When you are twelve, you lose interest in the difference between a stag beetle and a dung beetle. It’s not cool to like insects or play in fields anymore.
I had started ‘big school’ as Mum promised. I hung out with a group of five boys; we would play football in the playing field after lessons, staining the grey trousers that were ironed for me, green. Oscar introduced me to them.
He said, ‘guys, this is my friend.’
They nodded at me, fanned out in a horseshoe formation upon the playing-field, and I felt as though I visibly glowed, to be someone’s friend. I begun to go to his house after school, a lot of the time: Oscar. I liked his place. His room was dark and fluorescent.
It smelt of old PE kit. He had a big TV and two game controllers, so we’d click furiously at the buttons until his mum called us for dinner. She was a tall woman, with wide hips, and hair even brighter than her son’s. I used to blush when she spoke to me.
I went home from his house across the fields. It was by necessity, not choice. The year seemed to pass this way: in a flurry of homework booklets and spaghetti consumed under the TV light. It rained a lot.
The summer at the end of my first year as an adolescent boy, I no longer lounged around in the kitchen with the window open, listening to radio plays and readings with mum, visiting the farm shop, or exploring the hedgerows which lined the surrounding fields; but instead played with Oscar and the boys, moving between houses, aware of the summer outside, but resting in the dark nests we had created indoors. We howled at video games and speculated about the hottest girls in our classes. We could never talk to them, only talk about their body parts when we hid in our den. We’d chatter in hushed voices in case we heard the creak of a parent on the landing.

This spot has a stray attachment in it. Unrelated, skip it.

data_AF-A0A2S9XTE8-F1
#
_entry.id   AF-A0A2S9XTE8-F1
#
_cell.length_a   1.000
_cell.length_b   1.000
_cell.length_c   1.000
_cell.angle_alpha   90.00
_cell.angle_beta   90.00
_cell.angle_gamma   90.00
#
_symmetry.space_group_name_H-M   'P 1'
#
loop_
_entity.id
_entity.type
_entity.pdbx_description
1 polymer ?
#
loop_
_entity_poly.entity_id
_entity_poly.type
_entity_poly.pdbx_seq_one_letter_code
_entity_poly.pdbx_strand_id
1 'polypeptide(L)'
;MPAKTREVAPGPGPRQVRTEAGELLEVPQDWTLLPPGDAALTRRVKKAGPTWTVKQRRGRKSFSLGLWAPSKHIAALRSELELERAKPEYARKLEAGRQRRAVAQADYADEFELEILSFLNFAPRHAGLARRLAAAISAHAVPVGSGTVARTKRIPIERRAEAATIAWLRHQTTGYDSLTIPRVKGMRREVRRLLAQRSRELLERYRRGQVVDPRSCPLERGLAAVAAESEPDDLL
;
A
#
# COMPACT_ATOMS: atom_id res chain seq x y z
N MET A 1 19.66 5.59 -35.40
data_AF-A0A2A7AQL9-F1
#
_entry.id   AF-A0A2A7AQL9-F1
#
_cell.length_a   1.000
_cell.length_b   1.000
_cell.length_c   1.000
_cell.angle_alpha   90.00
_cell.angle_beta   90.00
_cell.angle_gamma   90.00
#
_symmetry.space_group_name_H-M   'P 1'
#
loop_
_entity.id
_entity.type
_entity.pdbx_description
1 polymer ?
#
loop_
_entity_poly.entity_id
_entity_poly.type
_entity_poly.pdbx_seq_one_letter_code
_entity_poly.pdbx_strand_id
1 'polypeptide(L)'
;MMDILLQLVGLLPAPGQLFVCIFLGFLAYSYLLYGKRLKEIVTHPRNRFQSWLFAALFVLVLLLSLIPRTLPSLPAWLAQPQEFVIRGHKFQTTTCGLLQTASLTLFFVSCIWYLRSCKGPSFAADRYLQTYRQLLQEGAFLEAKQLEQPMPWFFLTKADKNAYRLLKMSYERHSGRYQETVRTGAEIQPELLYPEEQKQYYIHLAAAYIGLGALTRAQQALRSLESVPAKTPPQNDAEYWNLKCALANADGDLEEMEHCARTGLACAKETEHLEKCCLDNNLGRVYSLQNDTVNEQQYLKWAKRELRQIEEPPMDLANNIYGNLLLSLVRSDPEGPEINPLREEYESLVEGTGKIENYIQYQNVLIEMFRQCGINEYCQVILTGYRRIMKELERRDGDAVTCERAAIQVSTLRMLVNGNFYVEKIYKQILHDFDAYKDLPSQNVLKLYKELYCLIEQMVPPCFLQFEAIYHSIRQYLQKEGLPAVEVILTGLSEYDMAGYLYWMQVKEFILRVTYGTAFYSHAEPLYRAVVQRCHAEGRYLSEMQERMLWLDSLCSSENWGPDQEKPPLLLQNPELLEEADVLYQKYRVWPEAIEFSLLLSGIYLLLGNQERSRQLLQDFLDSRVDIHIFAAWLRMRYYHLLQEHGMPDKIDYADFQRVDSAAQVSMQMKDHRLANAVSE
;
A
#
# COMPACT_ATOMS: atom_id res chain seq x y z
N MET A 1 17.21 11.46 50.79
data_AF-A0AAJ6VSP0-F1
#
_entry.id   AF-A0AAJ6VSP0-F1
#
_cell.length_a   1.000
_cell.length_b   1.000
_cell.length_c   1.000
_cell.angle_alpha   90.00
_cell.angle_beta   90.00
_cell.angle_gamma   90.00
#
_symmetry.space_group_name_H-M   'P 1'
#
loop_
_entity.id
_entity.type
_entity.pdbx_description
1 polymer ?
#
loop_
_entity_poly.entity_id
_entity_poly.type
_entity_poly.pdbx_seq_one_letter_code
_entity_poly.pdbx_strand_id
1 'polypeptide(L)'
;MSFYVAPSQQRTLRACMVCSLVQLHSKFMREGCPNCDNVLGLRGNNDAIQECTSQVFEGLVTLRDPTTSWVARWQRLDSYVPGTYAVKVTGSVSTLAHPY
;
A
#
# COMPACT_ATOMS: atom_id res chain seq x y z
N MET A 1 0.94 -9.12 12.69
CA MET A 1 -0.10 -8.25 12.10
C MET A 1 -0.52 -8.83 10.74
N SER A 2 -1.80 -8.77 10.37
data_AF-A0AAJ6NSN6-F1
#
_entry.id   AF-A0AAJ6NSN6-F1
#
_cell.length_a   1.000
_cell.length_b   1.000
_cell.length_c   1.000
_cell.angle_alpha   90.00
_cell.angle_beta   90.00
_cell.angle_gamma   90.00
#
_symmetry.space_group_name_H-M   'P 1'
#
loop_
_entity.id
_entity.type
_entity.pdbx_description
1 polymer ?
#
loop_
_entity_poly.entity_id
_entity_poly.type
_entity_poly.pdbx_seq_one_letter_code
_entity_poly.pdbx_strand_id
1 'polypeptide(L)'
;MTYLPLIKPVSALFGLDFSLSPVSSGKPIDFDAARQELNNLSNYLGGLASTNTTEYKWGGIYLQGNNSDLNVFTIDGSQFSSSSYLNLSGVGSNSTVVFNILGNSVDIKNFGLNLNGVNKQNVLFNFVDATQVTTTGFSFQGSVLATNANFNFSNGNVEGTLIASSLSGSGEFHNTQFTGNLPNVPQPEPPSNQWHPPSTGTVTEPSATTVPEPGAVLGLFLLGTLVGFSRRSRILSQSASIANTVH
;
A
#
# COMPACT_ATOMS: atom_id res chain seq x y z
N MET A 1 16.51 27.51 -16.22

We never hung out at my house, no one wanted to walk through all the fields past our school to get there. It was easier to stay in the village, so I would trundle home at dusk.
My mum and dad would have eaten already when I got home. Sometimes they offered me dinner but I’d have eaten a pack of Oreos with Oscar and be too full to eat more. I’d walk straight upstairs to my room.
Mum discussed telling Oscar’s mother that she didn’t like how she fed us, but it became clear that she was too timid to bring it up. If we ever ran into Oscar and his mum in the shops, I would excitedly bound up to him, hoping for a moment’s play, whilst my mum glanced nervously at his. She’d pull her cardigan tighter, and move towards the frozen
vegetable aisle, looking intently for a frosty snack which didn’t exist.
One evening, in May, we decided to amuse ourselves in the fields, instead of the house. His TV was being replaced and his mum was selling his current one for a flatscreen, so that it could be mounted to the wall. I was jealous, but it meant we couldn’t play games on the floor anymore.